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Outdoor Table Repairs

This is an end view of a popular outdoor table. Call it Table 1. Wood top and seats and metal legs. The boards have warped and ‘cupped’.  Notice the cracking on the end of the boards. More on that later.

Here is another table from the same yard. Call it Table 2.

The difference between these two tables is the paint. Not the brand, not the type, but the coverage. Table two’s wood was completely painted, (all 6 sides) and table 1 was not.
Table 1 was painted a few years ago, and here is one of the seats. Notice the cracks. The paint is only failing where there are cracks that have broken the ‘skin’. This is not a paint failure, this is an application failure.

This is why this table’s wood failed. Because the bottom was not painted or primered,  the weather in Arizona destroyed these boards. Because the wood was not sealed on all sides, the elements and especially heat, sucked the moisture out of the wood and accelerated the damage process.

There is no repair as the wood has dried past the point where any salvage is possible. If you are going to have wood furniture, protect it by sealing it completely. If  you are going to repaint or seal wood furniture, disassemble as far as practical, clean it, sand it , fill it, re prime and repaint. A little time now or a lot of money later.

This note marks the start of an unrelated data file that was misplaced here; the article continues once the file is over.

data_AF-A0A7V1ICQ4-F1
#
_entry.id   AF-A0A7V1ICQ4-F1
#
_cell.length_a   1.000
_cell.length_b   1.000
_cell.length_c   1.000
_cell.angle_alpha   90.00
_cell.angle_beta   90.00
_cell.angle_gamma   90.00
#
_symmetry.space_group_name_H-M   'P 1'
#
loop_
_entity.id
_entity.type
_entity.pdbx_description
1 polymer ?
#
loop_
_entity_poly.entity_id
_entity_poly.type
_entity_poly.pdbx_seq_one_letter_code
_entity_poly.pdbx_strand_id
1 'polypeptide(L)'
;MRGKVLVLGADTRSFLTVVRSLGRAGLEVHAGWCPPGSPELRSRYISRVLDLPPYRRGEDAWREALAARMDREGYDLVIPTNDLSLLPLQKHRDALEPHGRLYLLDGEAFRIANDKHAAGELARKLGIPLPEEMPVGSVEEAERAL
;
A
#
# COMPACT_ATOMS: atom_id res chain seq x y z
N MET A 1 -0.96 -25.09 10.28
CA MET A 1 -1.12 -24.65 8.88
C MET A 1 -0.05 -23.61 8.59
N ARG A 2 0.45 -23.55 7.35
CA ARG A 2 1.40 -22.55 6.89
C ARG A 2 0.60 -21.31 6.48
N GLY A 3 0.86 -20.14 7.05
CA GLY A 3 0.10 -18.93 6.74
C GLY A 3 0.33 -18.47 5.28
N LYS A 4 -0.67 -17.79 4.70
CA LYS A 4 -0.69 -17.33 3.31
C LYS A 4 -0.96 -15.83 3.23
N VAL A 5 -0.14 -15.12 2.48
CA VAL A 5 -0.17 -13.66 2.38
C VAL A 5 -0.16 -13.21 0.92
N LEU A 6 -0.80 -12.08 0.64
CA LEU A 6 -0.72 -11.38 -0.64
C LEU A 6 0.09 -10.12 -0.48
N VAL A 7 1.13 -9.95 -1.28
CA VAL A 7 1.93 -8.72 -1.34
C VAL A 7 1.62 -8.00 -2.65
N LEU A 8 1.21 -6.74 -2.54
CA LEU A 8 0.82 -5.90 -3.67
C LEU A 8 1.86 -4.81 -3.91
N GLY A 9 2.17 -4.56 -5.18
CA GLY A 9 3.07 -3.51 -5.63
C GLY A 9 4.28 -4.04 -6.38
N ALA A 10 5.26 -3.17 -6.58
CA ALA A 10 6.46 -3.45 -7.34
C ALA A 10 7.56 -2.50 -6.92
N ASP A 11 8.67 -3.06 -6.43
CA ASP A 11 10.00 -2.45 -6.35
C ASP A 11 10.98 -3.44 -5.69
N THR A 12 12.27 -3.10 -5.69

Since I am replacing the wood, I am adding a bit of blocking to the end of each board. This will cover the end grain of the planks and minimize damage and end grain cracking like you saw in the first photo of table 1. These blocks were ripped from an 2x and were glued(powergrab) and screwed (3” deck screws with countersunk holes drilled beforehand).

This serves two purposes. Stop the current cracking and minimize future damage.

Since wood is an organic material, there is always defects that you can work around. Sometimes. Twisting, warping, cupping, excess moisture, pitch and mold are just a few things to look for when selecting wood.

Modern wood is shit. I don’t care what they brand it as, or how how carefully they grade it, the big box stores are there to move product. I started at the blue store, looking for 8′ material but thinking that I would need 10′ material and have to cut the ends off to get defect free material. We were out of there in 5 minutes, the selection was so bad.

Went to the orange store and spent 30 mins. digging through the stacks to find 4 2×12” for seats and 6 2×10” for the decks. Was able to find 8′ material so I wasn’t going to waste lumber by cutting down 10′ material.  The most surprising thing about this was the width of the boards. A 2×10”  board in theory is 1 1/2” x 9 1/2‘ 9 1/4′ nominal.  (hattip to Derek @ Kensington Bungalow ) There is a certain amount of variation but usually it is small. The material I picked up measured between 9 7/16” down to 9” even.  Modern wood is shit. But I will make it work.

4 comments to Outdoor Table Repairs

  • If you look at the rings on the wood, it looks like it’s “bark side down”. I’ve heard it’s best to have wood the other way, so it doesn’t hold as much water. Tried this on my deck, we’ll see how it lasts. I’ve always heard that a 2×10 is 9.25″ wide, maybe it’s a regional thing.

  • Great post – covering the endgrain is a huge step in keeping the wood preserved.

    You’re right – Today’s wood stinks!

  • Torrance

    Trust me, the wood in the states is a lot better than the crap available in Afghanistan!

  • Derek,
    you are right, they are 9 1/4. So much stuff so many measurements.